[GNC-dev] Normalizing live data, a suggestion for discussion

Wm wm_o_o_o at yahoo.co.uk
Fri Feb 1 17:40:51 EST 2019

On 01/02/2019 19:17, Stephen M. Butler wrote:

Ummm, Stephen M. Butler I don't think you were my intended audience.

Let me put you down gently.

> It might be better to have a standardized test file that folks could
> download, and run their scenario against.

Nope, we can do that already, I was addressing other realistic situations.

> However, there are situations that arise where the only solution is to
> look at the original file.  In that case some obfuscation would be
> helpful.  I would think that memos and descriptions would also need to
> be randomized.

My suggestion is they are zapped, no personal stuff at all

> After a careful read, I realized you did intend to
> randomize the transaction amoun  ts (which would have to be careful to
> ensure the DR/CR remained balanced.

I'm one of the more intelligent people here, the tx will remain balanced.

> Otherwise, one could at least get
> the total Assets/Liabilities/Income/Expense values known for the
> submitter.  That may be sensitive information.  I know that I've shared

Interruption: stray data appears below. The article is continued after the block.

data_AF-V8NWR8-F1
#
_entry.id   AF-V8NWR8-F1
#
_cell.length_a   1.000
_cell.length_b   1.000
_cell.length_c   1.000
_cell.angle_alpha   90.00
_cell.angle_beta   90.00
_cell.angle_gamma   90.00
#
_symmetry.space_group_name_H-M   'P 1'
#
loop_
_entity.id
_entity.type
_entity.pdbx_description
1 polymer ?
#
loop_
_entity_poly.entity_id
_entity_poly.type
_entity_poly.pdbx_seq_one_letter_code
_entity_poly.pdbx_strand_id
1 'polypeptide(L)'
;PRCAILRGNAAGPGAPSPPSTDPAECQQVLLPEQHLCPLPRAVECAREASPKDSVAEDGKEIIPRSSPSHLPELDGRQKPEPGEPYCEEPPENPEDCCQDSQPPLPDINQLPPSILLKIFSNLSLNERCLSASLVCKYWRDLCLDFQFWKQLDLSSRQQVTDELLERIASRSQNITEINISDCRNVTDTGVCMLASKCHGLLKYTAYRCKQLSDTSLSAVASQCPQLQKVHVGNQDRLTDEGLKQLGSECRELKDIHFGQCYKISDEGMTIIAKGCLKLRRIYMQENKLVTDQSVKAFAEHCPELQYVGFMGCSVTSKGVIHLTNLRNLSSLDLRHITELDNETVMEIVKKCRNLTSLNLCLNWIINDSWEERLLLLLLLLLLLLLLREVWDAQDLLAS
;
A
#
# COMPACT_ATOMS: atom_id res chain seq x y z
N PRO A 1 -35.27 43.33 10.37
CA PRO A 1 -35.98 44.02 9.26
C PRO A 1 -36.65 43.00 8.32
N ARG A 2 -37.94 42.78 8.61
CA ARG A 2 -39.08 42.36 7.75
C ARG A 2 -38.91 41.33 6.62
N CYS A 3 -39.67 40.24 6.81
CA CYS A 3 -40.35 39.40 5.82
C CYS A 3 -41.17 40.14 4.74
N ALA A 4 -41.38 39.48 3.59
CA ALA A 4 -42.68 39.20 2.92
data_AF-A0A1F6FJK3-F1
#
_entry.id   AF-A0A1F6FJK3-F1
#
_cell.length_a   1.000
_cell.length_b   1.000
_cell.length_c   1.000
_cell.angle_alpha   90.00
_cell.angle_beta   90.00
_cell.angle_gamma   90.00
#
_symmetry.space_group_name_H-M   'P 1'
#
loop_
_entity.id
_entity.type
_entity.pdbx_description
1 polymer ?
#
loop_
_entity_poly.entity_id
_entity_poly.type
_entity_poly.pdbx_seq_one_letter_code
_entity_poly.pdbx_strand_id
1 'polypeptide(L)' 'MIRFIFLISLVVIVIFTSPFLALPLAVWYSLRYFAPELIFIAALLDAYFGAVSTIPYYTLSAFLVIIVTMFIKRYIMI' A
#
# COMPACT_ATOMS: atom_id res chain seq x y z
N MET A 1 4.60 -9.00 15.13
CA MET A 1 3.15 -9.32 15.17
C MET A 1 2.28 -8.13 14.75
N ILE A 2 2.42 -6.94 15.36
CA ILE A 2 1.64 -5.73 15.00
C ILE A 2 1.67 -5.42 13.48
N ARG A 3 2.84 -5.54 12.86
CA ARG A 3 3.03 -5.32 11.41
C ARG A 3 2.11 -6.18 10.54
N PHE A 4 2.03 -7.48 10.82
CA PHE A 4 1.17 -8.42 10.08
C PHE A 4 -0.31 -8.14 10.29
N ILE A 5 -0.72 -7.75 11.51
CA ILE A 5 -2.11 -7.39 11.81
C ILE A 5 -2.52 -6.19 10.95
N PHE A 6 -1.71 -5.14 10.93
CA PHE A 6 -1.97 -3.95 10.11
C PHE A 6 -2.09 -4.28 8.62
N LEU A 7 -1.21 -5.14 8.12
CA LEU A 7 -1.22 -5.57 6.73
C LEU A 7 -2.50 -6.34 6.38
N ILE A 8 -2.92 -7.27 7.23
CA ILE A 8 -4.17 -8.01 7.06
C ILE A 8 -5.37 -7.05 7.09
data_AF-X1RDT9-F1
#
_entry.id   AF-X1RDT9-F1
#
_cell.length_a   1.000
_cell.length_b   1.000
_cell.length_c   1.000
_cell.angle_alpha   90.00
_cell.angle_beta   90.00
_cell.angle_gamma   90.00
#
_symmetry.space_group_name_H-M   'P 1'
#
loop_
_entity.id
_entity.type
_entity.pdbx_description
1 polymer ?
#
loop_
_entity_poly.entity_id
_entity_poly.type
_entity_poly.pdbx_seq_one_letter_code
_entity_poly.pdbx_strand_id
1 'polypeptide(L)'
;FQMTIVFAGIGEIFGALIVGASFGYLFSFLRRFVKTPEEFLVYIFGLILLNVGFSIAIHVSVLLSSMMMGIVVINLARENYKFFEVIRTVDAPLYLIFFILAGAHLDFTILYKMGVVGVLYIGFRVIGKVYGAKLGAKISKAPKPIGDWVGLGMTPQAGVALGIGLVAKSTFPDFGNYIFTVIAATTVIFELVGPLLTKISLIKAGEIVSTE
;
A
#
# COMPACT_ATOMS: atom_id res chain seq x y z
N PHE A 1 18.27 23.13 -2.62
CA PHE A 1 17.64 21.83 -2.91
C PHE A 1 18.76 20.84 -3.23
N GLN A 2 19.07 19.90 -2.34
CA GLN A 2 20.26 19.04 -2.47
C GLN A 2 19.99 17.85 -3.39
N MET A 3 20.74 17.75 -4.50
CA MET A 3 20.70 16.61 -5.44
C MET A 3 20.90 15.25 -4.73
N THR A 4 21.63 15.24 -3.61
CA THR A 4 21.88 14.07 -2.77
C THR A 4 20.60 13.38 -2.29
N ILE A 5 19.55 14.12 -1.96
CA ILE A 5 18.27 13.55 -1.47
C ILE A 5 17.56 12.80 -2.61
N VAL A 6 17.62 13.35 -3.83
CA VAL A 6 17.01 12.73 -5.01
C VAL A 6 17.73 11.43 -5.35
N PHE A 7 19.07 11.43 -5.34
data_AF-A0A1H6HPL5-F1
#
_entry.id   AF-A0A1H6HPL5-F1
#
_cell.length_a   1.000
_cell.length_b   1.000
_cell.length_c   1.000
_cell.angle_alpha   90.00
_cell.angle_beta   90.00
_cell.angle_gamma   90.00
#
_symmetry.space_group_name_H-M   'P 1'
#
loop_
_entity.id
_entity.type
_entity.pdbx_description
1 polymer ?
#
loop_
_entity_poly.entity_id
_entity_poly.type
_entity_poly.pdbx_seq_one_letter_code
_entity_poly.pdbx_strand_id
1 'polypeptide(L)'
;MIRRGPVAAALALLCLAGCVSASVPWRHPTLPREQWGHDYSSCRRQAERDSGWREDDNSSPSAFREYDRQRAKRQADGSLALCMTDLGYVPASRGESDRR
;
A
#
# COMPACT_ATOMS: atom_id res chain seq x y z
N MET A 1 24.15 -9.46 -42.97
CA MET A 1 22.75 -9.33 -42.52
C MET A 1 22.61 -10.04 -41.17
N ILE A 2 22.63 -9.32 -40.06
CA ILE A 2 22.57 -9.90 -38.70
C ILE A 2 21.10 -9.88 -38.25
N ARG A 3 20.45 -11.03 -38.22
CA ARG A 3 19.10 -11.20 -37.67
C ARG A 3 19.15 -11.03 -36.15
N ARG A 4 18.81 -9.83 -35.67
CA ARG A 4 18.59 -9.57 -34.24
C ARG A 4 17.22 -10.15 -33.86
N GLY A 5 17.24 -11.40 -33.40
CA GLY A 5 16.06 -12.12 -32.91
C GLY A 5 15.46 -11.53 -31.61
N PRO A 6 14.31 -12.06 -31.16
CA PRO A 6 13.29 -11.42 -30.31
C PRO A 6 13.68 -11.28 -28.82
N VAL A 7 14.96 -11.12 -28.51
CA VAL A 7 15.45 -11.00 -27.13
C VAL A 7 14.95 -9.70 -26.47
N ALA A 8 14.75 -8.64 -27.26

> some information that later reflection was "did I really give them that!"


> Now, to the XML vs SQLite argument.  Whatever script is applied to one
> could easily have a counterpart that would apply to the other.  You
> wouldn't have to manually (informally) edit the XML.  A known script
> should provide a known outcome.

Not true in reverse if someone throws in some numbers no other person 
knows about.  Think about diminishing returns.

I can't correct this fucked up quote below, must be a Mexican border 
issue, sigh.  Looks like a Trump voter, fucked quotient in general.

 >I suspect that many folks are using an
> XML back-end and would rather not fiddle with a database back-end.

We know know that, we ask for a specific db when we need to test stuff.

I've given up correcting the quoting, sorry, folks.

> in that camp even though I'm a trained Oracle DBA and spent a couple
> decades using that back-end professionally.

We are unimpressed unless you contribute.

Some of us also think training may have been wasted time if you end up 
not knowing much about databases.

> I think the first step is having a standard test file that a use could
> apply to their favorite back-end, run their scenario, check the
> results.

Wrong, please read what I said before.  Grrrr.

I hate it when someone so obviously doesn't read.

> If the problem is verified, then we have pretty good evidence
> the problem is in the application.  If the problem doesn't show up, then
> it indicates the problem may be in the data.  That would require a "data
> forensic expert" (aka developer or some assistant) to look deeper into
> the user's data file.  In that case a good obfuscation tool would come
> in handy.

I'd say something obviously rude around now but Liz would zap me instead 
of the fool if past rules are anything to go by :(

I'd like someone with a clue to attempt an answer.


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